Less aspirational, less produced: Luxury brands are (finally) making headway on TikTok

TikTok has swiftly become brands’ go-to social channel for connecting with younger consumers — and luxury brands have joined that pool in recent months.

Moncler, for example, rolled out a hashtag-challenge campaign on December 14. It featured influencer Charli D’Amelio, the most followed person on TikTok, along with other big names like Bella Poarch, Michael Le and Abby Roberts. Called the #MonclerBubbleUp challenge, it asked users to wrap themselves in something resembling Moncler’s puffy, bubbly winter coats — choices included sleeping bags and bubble wrap. They then used TikTok’s editing features to transition it into an actual Moncler coat. While sponsored hashtag challenges like this can be expensive — as much as $150,000 per week — they can also be worth it. As of Dec. 18, Moncler said the hashtag had already received more than 2 billion views.

Other luxury brands including Louis Vuitton, Fendi, Balenciaga, Dior, Stella McCartney and Gucci have joined TikTok this year, but more often than not, they’ve failed to be embraced by daily users. Fendi has around 57,000 followers and Balenciaga has 84,000, while fast-fashion brand Fashion Nova has more than 2 million followers.

@dior‘Pink is the color of happiness’ – Christian Dior ##diormakeup♬ original sound – Dior

A main reason for luxury’s lagging behind: The natural strengths of the platform lay far outside of their usual experience. Luxury content tends to be slick, highly produced and tightly controlled. Dior, for example, frequently posts small snippets of marketing campaigns that premiered elsewhere and were not designed for TikTok. In contrast, Fashion Nova’s posts are typically reposts of follower videos and casual videos on how to style clothes.

@fashionnovaWhich for are you feeling? Find the full outfit deets on our Insta 💕 ##fashionnova ##ootd♬ original sound – FashionNova

The most effective campaigns on TikTok tend to be informal, organic and fun, according to CeCe Vu, fashion and beauty partnerships lead at TikTok. She suggests brands let users lead the conversation and focus on informal things like educational videos and humor.

“The ideal campaign on TikTok is more authentic, creative, community-driven and less aspirational than you might see on another platform,” Vu said. “Things that are less produced that can show off their personality in a unique way play very well, as does educational stuff like in beauty.”

Brands including Burberry and Prada have made TikTok accounts but post on them rarely, sometimes posting only a few videos per month, while fast-fashion brands like Aldo and Blush Mark capture more of the TikTok audience with their more consistent organic campaigns. Pretty Little Things, for example, has posted almost daily on TikTok since 2018 and has more than 1 million followers.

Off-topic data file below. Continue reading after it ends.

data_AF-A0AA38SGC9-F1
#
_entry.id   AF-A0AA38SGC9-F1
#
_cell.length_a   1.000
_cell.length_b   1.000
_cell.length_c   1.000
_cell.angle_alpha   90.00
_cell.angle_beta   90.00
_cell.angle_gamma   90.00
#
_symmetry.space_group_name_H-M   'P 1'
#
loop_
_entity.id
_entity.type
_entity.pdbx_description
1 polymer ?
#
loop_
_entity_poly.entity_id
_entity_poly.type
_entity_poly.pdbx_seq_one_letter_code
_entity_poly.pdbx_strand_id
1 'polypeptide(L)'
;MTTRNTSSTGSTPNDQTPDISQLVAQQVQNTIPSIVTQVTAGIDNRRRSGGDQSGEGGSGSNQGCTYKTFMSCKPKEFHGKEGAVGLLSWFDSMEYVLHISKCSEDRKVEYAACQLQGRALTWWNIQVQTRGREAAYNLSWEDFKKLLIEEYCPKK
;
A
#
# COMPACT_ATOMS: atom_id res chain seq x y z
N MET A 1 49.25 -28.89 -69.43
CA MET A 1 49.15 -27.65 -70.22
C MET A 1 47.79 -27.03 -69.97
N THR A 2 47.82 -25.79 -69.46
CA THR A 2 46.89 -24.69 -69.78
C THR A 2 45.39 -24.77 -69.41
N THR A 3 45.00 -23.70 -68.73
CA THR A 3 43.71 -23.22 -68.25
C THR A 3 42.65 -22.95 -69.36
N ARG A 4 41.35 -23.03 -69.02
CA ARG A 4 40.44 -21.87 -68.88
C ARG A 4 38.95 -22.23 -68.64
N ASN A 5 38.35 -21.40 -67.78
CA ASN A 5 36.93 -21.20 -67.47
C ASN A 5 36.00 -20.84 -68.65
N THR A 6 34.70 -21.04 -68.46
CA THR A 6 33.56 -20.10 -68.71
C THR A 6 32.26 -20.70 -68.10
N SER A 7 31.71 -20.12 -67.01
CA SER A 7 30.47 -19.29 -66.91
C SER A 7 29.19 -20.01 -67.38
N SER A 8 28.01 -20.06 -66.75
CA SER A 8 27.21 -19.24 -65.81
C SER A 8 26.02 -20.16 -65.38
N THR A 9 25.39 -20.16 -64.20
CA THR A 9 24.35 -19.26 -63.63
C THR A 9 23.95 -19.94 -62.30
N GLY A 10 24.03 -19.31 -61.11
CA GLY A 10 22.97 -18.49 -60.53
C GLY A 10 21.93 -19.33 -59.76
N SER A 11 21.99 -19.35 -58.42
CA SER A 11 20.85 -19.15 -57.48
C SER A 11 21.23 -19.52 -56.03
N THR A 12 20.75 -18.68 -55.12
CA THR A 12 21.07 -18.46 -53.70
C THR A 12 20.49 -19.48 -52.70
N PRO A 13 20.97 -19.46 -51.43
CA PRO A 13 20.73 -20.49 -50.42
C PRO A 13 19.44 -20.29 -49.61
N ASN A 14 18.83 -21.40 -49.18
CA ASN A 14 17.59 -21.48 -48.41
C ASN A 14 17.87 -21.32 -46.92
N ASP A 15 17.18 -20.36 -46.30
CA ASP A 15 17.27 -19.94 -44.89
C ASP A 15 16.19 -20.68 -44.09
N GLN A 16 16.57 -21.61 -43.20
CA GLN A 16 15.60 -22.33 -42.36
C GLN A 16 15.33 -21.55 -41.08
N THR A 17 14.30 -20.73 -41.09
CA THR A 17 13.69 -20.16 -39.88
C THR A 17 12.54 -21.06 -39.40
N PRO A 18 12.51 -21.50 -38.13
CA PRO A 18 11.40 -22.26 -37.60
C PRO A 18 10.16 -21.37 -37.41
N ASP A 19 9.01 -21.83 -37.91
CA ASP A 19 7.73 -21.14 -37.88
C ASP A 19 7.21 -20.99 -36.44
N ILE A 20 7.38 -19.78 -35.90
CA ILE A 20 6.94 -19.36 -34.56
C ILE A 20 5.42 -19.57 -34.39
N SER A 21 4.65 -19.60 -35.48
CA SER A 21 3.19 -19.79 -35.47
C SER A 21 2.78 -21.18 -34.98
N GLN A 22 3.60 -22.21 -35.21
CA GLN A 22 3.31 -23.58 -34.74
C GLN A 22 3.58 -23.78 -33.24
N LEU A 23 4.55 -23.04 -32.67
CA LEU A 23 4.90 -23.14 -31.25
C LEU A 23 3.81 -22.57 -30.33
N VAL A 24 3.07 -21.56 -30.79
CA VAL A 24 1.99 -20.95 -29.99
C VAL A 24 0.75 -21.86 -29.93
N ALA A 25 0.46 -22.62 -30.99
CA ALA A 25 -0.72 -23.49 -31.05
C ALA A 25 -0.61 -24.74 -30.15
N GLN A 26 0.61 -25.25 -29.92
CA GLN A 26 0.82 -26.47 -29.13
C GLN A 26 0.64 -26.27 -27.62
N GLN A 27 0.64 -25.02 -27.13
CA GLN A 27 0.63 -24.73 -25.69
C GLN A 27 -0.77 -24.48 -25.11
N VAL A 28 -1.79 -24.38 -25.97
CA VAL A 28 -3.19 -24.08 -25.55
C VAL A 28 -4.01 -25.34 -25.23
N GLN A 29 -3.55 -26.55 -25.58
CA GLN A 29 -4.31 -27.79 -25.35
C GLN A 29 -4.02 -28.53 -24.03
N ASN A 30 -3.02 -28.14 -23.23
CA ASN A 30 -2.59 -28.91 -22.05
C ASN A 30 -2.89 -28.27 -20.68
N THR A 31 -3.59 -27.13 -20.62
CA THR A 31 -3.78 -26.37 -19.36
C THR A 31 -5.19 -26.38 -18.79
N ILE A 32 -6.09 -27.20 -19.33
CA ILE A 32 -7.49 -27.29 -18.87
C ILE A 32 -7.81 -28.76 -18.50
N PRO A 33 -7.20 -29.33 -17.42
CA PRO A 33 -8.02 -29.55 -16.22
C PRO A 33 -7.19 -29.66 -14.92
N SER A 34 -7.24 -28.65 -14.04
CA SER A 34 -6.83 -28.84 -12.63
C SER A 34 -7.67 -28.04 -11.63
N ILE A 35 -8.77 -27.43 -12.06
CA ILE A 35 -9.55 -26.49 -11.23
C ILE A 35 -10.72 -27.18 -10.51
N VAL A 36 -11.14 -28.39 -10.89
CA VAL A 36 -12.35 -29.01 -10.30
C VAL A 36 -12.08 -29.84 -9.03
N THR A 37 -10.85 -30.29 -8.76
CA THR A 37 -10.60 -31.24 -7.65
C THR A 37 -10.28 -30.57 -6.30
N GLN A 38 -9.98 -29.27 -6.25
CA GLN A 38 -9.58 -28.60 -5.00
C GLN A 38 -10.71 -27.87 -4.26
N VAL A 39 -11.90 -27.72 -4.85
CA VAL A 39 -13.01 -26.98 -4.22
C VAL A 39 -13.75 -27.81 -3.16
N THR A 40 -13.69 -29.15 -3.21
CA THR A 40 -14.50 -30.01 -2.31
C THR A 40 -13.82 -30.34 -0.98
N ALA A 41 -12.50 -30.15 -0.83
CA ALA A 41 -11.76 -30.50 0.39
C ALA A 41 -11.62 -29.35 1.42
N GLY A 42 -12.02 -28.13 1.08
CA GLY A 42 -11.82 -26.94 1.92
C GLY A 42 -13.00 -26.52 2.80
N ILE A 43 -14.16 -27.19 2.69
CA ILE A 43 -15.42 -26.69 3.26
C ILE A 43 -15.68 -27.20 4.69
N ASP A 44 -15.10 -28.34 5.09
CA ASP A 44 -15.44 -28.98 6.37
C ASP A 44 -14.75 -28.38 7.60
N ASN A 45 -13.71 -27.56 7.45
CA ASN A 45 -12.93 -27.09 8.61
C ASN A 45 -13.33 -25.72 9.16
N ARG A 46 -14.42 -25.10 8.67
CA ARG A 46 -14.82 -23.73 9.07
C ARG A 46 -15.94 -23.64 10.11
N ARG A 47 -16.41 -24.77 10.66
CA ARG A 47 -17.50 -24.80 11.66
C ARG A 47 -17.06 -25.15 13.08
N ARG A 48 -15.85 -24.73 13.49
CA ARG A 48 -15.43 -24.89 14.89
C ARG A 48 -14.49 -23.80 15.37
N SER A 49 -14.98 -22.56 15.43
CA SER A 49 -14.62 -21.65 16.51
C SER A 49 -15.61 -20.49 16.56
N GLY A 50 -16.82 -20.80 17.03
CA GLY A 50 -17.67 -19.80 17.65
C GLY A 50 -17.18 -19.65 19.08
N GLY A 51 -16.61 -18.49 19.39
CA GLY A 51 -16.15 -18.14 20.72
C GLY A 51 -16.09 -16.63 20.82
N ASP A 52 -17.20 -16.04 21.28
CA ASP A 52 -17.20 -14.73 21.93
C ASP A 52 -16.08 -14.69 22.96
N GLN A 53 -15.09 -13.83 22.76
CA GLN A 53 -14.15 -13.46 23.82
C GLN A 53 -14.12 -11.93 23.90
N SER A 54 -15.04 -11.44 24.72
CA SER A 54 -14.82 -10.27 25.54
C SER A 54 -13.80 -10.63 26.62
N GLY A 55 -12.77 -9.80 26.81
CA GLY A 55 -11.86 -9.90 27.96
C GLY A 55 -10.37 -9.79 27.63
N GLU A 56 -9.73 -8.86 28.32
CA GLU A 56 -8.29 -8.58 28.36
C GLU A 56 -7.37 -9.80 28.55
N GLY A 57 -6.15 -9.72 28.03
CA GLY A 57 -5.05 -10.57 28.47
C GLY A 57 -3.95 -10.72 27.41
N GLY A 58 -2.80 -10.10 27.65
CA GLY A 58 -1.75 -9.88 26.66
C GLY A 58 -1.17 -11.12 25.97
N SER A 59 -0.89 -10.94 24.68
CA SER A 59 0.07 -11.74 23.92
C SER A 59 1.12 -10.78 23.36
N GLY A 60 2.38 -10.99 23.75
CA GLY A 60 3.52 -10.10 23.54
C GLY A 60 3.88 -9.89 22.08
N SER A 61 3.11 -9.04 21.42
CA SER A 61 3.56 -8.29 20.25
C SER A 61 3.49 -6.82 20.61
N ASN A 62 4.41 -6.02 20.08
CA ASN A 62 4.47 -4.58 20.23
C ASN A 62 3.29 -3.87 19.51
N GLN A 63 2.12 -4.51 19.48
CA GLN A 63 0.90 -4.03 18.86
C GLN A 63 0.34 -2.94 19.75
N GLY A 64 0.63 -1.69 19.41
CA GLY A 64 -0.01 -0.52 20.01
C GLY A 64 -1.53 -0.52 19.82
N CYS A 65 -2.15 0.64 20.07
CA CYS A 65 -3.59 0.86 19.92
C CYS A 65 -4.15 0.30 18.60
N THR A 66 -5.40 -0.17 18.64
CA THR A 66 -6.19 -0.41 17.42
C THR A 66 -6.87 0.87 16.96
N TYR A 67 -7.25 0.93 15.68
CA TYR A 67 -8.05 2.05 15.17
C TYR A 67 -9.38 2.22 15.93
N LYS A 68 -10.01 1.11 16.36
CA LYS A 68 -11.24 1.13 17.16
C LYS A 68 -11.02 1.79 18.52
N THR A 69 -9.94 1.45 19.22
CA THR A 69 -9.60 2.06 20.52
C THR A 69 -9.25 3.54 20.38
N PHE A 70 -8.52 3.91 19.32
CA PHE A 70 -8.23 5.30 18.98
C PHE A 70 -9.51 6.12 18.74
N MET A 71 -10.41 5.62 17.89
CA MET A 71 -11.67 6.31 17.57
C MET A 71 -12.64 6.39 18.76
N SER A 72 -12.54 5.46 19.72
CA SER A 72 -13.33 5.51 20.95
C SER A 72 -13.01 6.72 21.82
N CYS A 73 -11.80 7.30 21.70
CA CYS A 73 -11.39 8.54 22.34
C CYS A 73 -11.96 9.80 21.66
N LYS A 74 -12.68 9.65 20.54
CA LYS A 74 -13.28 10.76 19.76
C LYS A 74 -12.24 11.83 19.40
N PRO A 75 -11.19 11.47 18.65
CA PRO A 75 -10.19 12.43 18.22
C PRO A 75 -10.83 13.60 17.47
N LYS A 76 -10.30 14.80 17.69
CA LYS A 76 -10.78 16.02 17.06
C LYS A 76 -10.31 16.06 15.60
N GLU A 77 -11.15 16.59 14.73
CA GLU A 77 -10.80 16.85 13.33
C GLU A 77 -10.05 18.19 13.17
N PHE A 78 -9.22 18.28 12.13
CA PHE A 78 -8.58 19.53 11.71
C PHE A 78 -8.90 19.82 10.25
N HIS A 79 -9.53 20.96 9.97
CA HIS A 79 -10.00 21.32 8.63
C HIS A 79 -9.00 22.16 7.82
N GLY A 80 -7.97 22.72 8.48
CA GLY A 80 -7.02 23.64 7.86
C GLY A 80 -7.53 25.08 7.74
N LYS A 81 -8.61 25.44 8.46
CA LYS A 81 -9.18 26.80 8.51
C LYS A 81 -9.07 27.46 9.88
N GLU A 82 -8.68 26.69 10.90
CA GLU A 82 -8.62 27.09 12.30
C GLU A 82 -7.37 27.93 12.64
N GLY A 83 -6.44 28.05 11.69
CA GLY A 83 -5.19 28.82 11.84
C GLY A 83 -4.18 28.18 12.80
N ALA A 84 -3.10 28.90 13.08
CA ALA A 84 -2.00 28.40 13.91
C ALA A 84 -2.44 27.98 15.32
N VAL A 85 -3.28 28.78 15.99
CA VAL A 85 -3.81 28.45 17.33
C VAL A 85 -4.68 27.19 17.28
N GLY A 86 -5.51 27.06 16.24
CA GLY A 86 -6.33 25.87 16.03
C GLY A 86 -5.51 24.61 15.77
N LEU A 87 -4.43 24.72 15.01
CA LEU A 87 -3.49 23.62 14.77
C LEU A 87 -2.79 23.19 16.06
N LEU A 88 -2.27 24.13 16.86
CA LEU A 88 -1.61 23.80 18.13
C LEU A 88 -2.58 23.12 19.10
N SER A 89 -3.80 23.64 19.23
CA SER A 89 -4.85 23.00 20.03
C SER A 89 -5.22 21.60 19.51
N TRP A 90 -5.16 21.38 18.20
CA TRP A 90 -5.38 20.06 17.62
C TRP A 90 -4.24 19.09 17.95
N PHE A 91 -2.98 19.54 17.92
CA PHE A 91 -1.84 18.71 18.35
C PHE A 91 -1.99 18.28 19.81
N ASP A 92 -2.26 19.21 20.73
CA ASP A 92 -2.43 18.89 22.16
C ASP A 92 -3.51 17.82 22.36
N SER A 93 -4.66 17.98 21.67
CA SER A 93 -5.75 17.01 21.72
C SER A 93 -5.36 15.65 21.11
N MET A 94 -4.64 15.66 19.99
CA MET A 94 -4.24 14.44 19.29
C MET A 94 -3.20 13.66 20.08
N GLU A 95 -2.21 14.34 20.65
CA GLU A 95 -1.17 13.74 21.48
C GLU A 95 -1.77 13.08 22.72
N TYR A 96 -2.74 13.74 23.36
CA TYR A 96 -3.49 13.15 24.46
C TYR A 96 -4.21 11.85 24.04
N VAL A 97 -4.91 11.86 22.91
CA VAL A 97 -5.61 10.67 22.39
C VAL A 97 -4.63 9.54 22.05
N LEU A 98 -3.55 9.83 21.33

Moncler’s hashtag challenge was successful largely because it tapped existing influencers with a large platform to film their own content; Moncler had minimal control, according to its press release about the challenge. And Louis Vuitton has amassed more than 2 million followers in barely a month on the platform by posting informal behind-the-scenes videos from shoots, which regularly get several million views.

“TikTok stands out among marketers mostly because of its audience and the informal relationship between users and brands,” said Jonathan Treiber, CEO of offer management platform RevTrax, noting that 42% of TikTok users are ages 18-24, while only 22% of Instagram users are in the same bracket. “TikTok is the new kid on the block, and it’s more popular among primarily a younger Gen-Z audience, whereas a platform like Instagram has a much broader appeal and a more traditional brand-user relationship. Brands that want the youngest, most progressive consumers should focus on TikTok and trying to operate on that platform differently than they would elsewhere.”

But just moving away from overly produced campaigns is not enough for luxury brands to gain traction on the platform. For example, Gucci posted a series of six nearly identical videos at the start of December that showed different models performing a similar dance to the same music. It had mixed results: While one of the videos caught on and received more than 300,000 likes, the others fizzled; they had less than 10,000 likes and dozens of comments expressing confusion and, in some cases, derision at Gucci for attempting to seem approachable.

Gucci saw better results when it took the lead from a much more natural TikTok phenomenon. A woman named Morgan Presley started a trend in August where users pretended to be Gucci models by wearing wildly clashing outfits. In September, Gucci tapped Presley to make a video along the same lines, which it hosted on the brand’s TikTok account. It also began reposting (with permission) other videos users had made. These brought in far more engagement than Gucci’s more manufactured attempts to capture the zeitgeist, with one video getting nearly 6 million views.

“That really swept the internet,” Vu said. “Gucci was very delighted with the organic growth that brought and then they continued to build on it. And they did that by bringing in the expertise of the creator here, which was Morgan. That’s absolutely, I think, the right way to do it.”

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